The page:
Eve then they would be spat on to try to ward off
any evil spirits.
The Bonfire: The Halloween bonfire is a tradition
to encourage dreams of who your future husband or
wife is going to be. The idea was to drop a
cutting of your hair into the burning embers and
then dream of you future loved one. Halloween was
one of the Celt 'fire' celebrations. Of course in modern times the bonfire is often the focal point of the Halloween celebration.
THE GHOST STORY by Pat Watson
It was a frosty night in January in the year of
Our Lord nineteen hundred and nine. Bill was the
church caretaker in this half parish. The priest
only rode his horse out here on Sunday to read
Mass or for funerals.
This was one such day as
this evening the remains of old Granny Smith had
come to the chapel. Coffins were left in the back
of the chapel overnight. He had locked the church
earlier at ten and had only come out to look at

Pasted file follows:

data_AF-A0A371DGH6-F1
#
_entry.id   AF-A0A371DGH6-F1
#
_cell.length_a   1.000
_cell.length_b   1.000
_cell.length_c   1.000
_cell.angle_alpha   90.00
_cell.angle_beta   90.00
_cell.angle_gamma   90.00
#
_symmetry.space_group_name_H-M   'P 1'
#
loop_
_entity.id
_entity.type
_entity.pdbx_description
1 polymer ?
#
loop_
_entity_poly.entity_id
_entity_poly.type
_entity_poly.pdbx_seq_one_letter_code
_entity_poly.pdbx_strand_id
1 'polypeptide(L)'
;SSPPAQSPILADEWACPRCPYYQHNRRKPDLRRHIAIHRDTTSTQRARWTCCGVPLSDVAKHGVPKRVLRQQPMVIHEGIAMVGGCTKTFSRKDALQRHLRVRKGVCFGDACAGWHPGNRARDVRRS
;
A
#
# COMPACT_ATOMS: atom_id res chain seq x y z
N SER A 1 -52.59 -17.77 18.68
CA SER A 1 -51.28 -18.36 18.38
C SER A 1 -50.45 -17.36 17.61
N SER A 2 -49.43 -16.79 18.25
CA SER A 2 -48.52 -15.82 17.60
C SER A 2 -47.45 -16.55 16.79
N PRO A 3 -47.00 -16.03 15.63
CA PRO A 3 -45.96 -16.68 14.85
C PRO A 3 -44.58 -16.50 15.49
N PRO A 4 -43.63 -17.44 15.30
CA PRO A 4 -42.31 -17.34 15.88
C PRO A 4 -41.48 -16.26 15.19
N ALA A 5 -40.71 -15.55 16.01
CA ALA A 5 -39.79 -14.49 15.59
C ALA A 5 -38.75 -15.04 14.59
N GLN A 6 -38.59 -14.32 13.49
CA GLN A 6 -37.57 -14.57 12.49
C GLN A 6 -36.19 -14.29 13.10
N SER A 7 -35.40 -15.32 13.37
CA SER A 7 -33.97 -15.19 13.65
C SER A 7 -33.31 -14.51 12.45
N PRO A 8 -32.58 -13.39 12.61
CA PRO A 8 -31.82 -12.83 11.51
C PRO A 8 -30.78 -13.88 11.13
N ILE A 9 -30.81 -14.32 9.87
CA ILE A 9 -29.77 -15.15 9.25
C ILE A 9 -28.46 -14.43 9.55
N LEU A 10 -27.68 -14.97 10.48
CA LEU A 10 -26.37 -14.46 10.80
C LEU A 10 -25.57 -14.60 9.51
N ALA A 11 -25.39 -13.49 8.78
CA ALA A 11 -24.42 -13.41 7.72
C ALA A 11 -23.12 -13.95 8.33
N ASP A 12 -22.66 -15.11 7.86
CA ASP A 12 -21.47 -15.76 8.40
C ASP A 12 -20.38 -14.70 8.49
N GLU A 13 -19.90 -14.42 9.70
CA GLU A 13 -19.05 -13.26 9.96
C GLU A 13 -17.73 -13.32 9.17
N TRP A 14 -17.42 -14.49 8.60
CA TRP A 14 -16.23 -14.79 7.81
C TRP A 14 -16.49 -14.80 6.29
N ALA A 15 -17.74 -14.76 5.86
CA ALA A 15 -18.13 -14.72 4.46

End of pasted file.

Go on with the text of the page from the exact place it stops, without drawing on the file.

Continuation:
the cows before going to bed. It was just after
midnight. Was that a noise he heard in the church?
It couldn't possibly be as he had barred the
double doors on the inside before exiting through
the sacristy door, which he locked with the key.
Why he still had it in his pocket. Just the same,
it was only twenty yards to the double doors, he
would have a look. Halfway there he felt a bit
eerie so he called out.
'Is there anyone there?' The only reply he got
was a creaking door. As he moved into the shadow
he could see that one of the double doors was
half open. What the hell? He stopped in his